Also, Stephanie Miller had a NJ Congressman on this morning and there was a lot of noise in the background when the congressman would talk (it sounded like a party). He said that the Dems were all very upbeat and there were a lot of smiles. I’m still nervous as heck but I took that as a good sign.
My mom’s in Baldwin’s district. That’s enough justification for a call, right?
@Mark F.: @DA:
I would. I called the Madison office first thing this morning and they sounded stressed already. Can you imagine having to politely field calls from angry teabaggers all day? A little break, a respite, a friendly word will do a lot to keep their spirits up.
Man, why are you posting this? It’s over. We lost.
…oh, sorry, isn’t this Red State?
Seriously, I called mine again. He was already in favor, but I told the woman on the line that I heard representatives were being harassed, and I wanted him to know I supported this bill and supported him for voting for it.
@aimai: Or, you know, women who need the coverage if they intend to have a successful pregnancy and raise a healthy child.
I just don’t understand the math that makes this an either/or situation. Health care reduces the desperation of the poor and allows an option other than abortion. Charging people $1000 / head for health care coverage makes having more children unaffordable. You don’t have to be a math genius to figure this out.
Has anyone commented that, as of last night, Jim Oberstar slipped out of the yes column and back to undecided?
I called his office a couple days ago to thank him when he switched to ‘yes’. I’m not sure I’ll get a chance to call back today.
Anyone in John Hall’s district – NY-19? Just saw this over at DKos:
Tough to get through to any number today, but did manage to reach some district offices of recent no’s to yes switchers. Told ’em I was out of district, but that was thankful for the support. Seemed to enjoy hearing that.
@Michael D.: Lulz. Nothing like a giant scalding bag of burnt tea bagger bullshit to really whip the votes.
I wonder how many representatives consider out-of-district rabblers a threat and how many write off in-district rabblers as out-of-district?
Called Henry Cuellar, who is not my Representative (mine is a Republican, right-wing bastard and hopeless.) But, my grandmother was from his district.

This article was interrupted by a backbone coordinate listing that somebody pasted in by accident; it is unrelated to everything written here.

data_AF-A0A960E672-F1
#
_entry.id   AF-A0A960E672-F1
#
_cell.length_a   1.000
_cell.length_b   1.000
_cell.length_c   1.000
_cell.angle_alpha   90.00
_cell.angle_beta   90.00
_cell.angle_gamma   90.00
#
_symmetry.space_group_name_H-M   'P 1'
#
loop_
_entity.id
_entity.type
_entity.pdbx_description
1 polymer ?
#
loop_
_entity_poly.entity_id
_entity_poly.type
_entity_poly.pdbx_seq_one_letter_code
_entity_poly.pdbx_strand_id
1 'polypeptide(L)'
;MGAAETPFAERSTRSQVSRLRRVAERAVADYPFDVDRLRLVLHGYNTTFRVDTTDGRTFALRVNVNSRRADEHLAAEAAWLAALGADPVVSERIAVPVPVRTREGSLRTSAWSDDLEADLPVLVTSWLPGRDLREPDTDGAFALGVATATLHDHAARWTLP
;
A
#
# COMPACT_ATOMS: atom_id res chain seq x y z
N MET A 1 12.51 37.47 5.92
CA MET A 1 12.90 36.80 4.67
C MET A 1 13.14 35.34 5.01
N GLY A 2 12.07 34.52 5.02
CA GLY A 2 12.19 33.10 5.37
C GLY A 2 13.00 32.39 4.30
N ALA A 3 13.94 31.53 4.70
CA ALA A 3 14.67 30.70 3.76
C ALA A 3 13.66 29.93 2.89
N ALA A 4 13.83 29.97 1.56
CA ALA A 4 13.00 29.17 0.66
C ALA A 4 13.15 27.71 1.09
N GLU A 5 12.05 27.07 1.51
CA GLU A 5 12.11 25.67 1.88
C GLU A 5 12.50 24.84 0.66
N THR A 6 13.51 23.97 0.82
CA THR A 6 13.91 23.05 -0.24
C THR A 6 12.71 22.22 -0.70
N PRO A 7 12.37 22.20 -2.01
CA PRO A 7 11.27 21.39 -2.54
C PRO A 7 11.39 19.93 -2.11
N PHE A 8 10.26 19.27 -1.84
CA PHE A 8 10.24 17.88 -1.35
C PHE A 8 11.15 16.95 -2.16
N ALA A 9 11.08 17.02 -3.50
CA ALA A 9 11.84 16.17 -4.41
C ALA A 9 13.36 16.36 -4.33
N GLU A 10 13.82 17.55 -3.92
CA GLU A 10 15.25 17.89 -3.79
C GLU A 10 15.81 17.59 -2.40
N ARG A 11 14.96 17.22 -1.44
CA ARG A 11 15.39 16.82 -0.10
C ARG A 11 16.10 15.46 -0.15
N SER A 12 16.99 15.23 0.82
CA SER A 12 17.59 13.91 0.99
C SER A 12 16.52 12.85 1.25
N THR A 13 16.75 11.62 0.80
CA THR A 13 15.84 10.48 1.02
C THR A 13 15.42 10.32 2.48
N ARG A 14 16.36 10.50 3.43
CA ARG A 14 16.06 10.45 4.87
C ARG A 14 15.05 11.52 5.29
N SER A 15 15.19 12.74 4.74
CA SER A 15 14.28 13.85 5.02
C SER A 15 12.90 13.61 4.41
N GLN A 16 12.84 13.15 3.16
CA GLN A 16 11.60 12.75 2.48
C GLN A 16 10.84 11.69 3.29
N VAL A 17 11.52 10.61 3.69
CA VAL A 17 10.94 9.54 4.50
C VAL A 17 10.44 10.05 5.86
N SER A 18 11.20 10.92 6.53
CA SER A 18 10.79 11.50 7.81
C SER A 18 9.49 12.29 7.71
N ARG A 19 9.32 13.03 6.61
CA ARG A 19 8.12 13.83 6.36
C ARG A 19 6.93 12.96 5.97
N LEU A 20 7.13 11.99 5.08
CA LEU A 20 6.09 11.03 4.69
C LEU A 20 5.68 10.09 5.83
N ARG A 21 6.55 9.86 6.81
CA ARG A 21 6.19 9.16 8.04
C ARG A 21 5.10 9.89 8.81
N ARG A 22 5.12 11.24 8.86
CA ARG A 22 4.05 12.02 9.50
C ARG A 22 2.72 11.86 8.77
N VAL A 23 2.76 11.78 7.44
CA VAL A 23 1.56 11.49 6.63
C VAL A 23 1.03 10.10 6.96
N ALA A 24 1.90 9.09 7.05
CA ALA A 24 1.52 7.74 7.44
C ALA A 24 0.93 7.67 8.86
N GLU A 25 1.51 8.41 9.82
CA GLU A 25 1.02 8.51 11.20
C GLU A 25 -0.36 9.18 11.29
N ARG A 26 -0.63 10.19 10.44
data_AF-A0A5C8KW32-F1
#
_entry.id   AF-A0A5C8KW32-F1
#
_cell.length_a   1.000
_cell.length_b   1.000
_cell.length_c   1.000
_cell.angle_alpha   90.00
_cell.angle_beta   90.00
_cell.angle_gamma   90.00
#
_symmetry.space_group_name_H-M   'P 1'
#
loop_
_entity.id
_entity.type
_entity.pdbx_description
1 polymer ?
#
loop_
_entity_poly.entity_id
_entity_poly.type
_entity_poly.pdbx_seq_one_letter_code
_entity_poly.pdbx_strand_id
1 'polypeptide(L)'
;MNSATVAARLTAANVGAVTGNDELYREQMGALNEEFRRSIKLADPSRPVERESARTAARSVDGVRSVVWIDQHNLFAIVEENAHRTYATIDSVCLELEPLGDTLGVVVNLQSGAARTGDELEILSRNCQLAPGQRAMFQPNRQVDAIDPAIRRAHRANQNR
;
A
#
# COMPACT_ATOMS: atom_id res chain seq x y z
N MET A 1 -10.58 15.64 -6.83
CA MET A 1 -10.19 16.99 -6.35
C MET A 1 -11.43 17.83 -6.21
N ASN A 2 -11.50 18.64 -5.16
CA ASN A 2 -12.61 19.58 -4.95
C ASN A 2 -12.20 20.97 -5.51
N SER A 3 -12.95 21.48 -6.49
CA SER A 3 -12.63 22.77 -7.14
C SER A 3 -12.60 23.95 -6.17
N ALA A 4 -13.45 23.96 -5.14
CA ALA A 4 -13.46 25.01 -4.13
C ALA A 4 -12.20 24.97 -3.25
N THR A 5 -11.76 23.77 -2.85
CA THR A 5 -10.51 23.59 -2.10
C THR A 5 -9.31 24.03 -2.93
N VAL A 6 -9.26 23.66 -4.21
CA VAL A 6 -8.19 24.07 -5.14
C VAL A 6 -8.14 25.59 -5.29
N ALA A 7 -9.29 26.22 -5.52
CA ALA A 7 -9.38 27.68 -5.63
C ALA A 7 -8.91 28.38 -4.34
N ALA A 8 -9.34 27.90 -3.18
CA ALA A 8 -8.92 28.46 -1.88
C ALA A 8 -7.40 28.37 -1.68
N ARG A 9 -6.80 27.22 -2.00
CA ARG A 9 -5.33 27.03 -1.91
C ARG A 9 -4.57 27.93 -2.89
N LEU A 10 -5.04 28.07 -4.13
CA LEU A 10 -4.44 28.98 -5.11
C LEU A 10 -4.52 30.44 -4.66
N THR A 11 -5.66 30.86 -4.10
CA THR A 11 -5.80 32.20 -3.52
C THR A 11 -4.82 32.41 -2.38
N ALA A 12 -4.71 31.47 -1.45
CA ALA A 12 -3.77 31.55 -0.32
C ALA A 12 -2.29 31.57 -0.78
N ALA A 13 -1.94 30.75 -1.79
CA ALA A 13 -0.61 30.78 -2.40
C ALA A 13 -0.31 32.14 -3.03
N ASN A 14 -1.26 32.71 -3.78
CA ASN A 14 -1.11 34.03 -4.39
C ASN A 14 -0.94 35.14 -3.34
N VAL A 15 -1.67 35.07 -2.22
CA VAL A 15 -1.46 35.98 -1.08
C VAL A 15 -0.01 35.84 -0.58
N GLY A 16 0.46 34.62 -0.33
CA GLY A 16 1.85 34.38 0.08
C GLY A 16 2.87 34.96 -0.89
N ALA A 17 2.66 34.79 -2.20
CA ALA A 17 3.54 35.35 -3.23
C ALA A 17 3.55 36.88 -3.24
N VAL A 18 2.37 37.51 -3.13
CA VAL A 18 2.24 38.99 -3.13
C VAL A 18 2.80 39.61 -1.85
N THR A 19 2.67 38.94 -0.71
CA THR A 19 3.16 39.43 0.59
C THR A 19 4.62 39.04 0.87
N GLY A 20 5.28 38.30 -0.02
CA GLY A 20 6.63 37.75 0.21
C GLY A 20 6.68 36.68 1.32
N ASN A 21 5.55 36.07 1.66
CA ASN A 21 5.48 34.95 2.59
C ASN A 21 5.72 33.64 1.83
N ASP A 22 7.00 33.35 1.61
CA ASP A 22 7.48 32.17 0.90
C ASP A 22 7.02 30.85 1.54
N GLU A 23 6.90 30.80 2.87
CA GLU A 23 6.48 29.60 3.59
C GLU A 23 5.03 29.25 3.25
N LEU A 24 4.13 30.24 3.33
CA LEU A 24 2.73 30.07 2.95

I simply told them “She was an ardent Catholic. She would have supported this bill, because she would understand that it’s more important that mothers be taken care of, and their babies be taken care of. I loved her deeply. In her honor, please consider changing your vote.”
The staffer paused for a moment, and said “I loved my grandmother very much too. Thank you so much for your call, we don’t get ones like your very often.” We talked a bit more about our tough-ass grandmothers who raised us, it was a good call.
If you can, talk from your heart. It matters.
@El Tiburon: WTF?
God bless, do these people beat a dead horse. Yes, yes, your precious public option is the only viable way to keep down costs. No, sorry, not true. Plenty of European countries do the job with a system like this. You’re right, your numbers say the cost of insurance won’t go down, because there are no numbers for how far it’ll go down. Nobody legitimate is going to issue a prediction, because you can’t predict these things accurately and numerically. That’s just how it works. I particularly appreciate the mealymouthed way she decries that poor people must buy health insurance they can’t afford on one hand, then blames the government for the cost of paying for their insurance on the other.
EDIT: I have no idea if you’re in favor of her, Tiburon, or just pointing out an interesting article. I’m bitching at her, not you.
Tried that at Cuellar’s office. Told the staffer I hoped Cuellar would vote yes, and I was calling on behalf of a family friend who lost his job after becoming sick (they fired him – yes, they can do that, no it’s not legal) and he lost his health insurance. Before I could get even that much of the story out, the staffer cut me off and said they were just taking down “for” or “against” comments, nothing more.
@El Tiburon: Straw. Piles of straw that walk like men.
I guess I need to be a bit more clear: Does anyone have any thoughts on the list by Hamsher and FDL? Not snotty retorts or cut-downs or hyperbole or attacks.
Does anyone refute or disagree with what they are saying? Does anyone care? Or is it just a given that Hamsher et al are not worth listening to?
For example, the idea that health insurance companies can’t kick off whomever they choose or raise rates however they choose.
Are we sure about this? Is there enforcement for this? And how does it cover 30 million Americans exactly?
She’s the new Norma Desmond
I mean, look how excited she is that she’s gonna be on tee vee to trash Pelosi and the President.
It’s not a matter of ‘for’ or ‘against’. Unlike many here, I trust Hamsher and the crew at FDL but this doesn’t mean I’m their cheerleader.
I am really trying to get my head around all of this. At times I really think this is a great first step. Other times I feel this plan is really not doing much of anything when you get down to brass tacks.
My fear is that this, ultimately, will be a hollow victory, kind of like the “Mission Accomplished” celebration.
Called Welch’s DC office and they confirmed he is voting yes.